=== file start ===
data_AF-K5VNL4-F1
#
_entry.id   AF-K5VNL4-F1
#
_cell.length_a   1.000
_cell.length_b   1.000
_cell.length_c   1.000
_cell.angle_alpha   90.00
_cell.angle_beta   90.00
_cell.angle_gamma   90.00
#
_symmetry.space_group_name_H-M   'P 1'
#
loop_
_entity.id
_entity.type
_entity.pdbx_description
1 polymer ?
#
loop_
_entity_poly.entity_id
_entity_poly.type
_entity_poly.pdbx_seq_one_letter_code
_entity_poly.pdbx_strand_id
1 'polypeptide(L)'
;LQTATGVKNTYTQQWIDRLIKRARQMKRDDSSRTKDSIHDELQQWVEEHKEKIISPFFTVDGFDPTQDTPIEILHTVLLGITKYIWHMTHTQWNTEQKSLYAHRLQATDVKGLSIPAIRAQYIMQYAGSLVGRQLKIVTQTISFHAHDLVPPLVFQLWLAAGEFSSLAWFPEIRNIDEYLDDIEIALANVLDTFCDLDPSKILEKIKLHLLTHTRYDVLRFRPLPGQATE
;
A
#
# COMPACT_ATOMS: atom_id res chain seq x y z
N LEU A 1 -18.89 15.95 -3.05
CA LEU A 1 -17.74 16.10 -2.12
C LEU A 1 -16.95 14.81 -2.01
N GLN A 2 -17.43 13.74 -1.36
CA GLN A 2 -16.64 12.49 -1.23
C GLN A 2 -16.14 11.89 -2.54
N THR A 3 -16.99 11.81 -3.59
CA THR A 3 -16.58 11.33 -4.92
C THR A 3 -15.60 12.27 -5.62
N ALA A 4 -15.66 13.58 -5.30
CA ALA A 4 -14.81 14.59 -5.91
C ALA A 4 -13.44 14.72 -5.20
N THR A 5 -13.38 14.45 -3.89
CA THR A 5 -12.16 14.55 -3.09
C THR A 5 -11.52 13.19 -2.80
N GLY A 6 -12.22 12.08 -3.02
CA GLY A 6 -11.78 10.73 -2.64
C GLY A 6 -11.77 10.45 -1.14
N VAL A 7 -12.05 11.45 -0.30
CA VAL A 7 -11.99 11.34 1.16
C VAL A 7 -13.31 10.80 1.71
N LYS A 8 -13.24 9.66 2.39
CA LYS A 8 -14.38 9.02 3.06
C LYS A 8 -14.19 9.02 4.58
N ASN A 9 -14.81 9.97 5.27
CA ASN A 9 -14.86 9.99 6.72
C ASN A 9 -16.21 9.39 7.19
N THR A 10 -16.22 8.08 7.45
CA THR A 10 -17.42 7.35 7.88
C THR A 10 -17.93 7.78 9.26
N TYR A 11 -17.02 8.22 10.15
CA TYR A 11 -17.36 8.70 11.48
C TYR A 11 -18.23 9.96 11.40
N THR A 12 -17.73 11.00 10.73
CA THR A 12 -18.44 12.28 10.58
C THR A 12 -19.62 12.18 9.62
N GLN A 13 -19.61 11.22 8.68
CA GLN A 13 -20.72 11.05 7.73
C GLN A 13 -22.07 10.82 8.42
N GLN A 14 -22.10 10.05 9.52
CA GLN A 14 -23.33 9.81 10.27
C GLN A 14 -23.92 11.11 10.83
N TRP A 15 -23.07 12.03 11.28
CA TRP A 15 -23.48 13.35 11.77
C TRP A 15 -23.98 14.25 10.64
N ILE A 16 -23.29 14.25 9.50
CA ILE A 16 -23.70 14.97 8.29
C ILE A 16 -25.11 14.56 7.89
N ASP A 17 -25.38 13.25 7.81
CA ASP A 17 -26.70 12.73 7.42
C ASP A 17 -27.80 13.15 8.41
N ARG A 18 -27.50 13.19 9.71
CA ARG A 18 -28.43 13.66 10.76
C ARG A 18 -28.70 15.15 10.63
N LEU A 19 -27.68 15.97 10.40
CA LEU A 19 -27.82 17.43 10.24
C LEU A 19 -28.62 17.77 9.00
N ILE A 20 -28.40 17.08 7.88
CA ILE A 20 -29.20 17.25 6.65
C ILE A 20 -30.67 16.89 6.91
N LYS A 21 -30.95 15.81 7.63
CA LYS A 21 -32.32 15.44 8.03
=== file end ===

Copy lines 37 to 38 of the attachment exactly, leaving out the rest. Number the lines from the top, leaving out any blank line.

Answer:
N THR A 3 -16.99 11.81 -3.59
CA THR A 3 -16.58 11.33 -4.92